As a healthcare worker in the US (fire/EMS and RN) I can assure you wait times at most Emergency departments in the states are also horrible.  We have the same problem- everyone goes there for the sniffles, GI bug, stitches, etc.  Part of the reason is the poorest people (Medicaid, or no insurance) donít pay so it doesnít matter.  Those with no insurance simply donít have a doctor if they canít afford to pay out of pocket, so they have to use the ED for everything.

The other part is most people with insurance canít get in to see their doctor in a timely manner.  If youíve had a roaring sinus infection for two days you canít call and get an appointment next day, or even that week you have to go somewhere else to get treatment.  We do have Stat Care facilities, which are good for minor illness/injury but for some reason people are still drawn to the ED.

Most anyone with insurance either has a high Co-pay for the ED, up to $500 out of pocket, or they have a high deductible plan.  I have the latter- I pay a monthly premium ($160) and I also pay the first $1,900 of any care I need in that calendar year.  If I donít need any care or medicine I only pay the monthly premium.  If I need a $5 prescription I pay $5; if I need an $800 prescription I have to pay $800.  You keep paying until you meet that $1,900.  Then everything is covered 100%.  Iím not sure about you, but Iíve been in a position that I needed a prescription that was $500.  I had to simply go without.  And so do others- we see patients get discharged, canít afford their medications, get sicker and are re-admitted to the hospital.  Itís ridiculous.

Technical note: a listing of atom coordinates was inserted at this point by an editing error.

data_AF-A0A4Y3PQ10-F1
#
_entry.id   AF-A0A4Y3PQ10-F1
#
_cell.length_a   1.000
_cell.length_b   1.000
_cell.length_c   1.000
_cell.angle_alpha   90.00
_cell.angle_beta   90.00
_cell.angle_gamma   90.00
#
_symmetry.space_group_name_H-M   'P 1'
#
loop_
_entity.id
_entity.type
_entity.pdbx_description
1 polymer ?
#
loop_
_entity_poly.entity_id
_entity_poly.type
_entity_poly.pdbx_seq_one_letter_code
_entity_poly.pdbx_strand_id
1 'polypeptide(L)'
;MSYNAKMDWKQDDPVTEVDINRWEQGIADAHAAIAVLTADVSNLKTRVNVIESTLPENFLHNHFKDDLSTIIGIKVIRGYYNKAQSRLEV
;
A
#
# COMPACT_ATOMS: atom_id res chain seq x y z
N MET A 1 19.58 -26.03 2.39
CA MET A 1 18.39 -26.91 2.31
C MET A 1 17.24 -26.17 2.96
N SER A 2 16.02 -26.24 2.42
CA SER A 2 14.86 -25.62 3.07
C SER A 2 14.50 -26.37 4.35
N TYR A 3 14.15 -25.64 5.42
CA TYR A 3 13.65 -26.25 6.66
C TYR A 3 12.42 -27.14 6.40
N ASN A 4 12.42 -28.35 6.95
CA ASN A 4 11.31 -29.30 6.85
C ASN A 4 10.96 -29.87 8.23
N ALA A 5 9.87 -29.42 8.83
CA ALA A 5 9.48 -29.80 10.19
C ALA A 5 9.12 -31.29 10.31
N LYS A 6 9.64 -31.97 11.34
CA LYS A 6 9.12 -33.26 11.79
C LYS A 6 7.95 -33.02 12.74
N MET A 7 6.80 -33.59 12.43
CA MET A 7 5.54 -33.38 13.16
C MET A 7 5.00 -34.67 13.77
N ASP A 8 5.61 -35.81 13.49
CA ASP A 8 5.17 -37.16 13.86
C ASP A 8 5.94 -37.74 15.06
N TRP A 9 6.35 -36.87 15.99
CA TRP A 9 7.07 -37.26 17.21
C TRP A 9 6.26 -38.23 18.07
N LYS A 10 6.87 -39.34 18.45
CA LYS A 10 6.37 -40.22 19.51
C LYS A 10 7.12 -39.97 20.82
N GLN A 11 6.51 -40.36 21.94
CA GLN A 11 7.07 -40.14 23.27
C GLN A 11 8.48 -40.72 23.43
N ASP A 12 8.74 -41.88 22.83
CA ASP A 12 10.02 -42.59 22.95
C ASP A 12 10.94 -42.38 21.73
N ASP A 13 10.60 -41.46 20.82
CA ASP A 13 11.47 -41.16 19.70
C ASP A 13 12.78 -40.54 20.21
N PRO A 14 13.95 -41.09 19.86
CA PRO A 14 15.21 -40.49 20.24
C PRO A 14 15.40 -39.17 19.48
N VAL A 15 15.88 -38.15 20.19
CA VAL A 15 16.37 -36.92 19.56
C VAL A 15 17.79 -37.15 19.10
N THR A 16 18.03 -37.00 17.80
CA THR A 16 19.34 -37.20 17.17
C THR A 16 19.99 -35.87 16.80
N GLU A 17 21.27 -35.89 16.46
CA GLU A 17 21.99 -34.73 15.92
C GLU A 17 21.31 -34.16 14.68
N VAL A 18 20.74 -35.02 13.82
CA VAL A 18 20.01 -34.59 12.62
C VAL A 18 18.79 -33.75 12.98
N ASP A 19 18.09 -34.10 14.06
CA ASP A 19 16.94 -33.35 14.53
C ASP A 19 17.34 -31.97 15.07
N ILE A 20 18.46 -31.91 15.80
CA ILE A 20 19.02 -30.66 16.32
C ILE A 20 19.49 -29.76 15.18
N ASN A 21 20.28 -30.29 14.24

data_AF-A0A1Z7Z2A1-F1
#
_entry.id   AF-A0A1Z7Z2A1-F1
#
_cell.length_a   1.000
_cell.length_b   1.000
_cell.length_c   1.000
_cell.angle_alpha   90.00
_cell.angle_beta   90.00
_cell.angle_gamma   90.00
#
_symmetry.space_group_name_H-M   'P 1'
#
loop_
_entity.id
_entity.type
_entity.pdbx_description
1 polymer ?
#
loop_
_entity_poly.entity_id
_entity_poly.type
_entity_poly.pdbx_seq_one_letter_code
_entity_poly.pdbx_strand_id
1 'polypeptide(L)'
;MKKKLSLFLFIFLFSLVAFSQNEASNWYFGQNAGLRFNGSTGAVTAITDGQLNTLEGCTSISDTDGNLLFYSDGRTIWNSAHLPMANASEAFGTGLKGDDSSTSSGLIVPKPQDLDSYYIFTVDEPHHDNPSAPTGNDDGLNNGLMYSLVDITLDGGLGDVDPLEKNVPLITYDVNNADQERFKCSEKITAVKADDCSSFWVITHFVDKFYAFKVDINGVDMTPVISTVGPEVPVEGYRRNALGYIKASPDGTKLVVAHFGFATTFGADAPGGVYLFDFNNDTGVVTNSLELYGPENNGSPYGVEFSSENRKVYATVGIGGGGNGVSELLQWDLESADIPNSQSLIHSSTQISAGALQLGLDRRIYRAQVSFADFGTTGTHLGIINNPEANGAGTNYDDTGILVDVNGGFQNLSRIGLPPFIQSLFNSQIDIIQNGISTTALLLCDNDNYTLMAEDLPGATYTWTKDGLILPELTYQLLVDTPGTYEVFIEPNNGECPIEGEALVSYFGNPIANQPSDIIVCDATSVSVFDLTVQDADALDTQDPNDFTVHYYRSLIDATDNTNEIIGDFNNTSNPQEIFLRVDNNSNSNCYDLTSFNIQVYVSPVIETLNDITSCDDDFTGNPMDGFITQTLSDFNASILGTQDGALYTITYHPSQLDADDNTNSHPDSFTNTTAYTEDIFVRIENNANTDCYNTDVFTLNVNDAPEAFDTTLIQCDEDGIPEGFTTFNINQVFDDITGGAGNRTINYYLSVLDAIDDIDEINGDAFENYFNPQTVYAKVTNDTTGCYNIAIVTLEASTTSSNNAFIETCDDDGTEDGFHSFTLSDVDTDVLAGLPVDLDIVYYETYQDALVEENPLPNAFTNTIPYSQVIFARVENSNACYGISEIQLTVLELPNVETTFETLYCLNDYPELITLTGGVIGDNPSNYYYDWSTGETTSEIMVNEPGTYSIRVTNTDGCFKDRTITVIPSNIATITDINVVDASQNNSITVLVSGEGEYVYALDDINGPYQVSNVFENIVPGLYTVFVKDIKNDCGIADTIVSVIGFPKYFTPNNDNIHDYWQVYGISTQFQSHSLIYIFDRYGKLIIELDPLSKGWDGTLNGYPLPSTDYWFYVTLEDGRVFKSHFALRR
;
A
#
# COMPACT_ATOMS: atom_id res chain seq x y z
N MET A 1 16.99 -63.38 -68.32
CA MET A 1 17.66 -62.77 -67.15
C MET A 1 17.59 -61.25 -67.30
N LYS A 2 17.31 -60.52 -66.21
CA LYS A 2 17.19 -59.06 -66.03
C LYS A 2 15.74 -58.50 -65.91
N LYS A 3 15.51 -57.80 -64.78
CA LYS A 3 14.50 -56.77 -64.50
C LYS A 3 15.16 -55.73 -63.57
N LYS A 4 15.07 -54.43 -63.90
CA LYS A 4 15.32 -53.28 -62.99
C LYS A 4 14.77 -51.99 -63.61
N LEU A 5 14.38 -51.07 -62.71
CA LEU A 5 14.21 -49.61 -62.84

Itís a terrible plan for healthy people because you almost never reach the $1,900 so I you pay for everything out of pocket along with the monthly deductible.  Itís a great plan for someone who gets diagnosed with a serious illness because your bill might be $50,000 but youíll only pay $1,900. 

I went to the ED for a kidney stone in November, and met my deductible for the year, funny how my total came out to $2,050.  The insurance only had to pay out $150 for me last year, yet collected almost $2,000 in premiums from me.  I paid the nearly $2,000 in premiums plus the entire $1,900 deductible. 

Insurance company: +$1,850
Me: -$3,900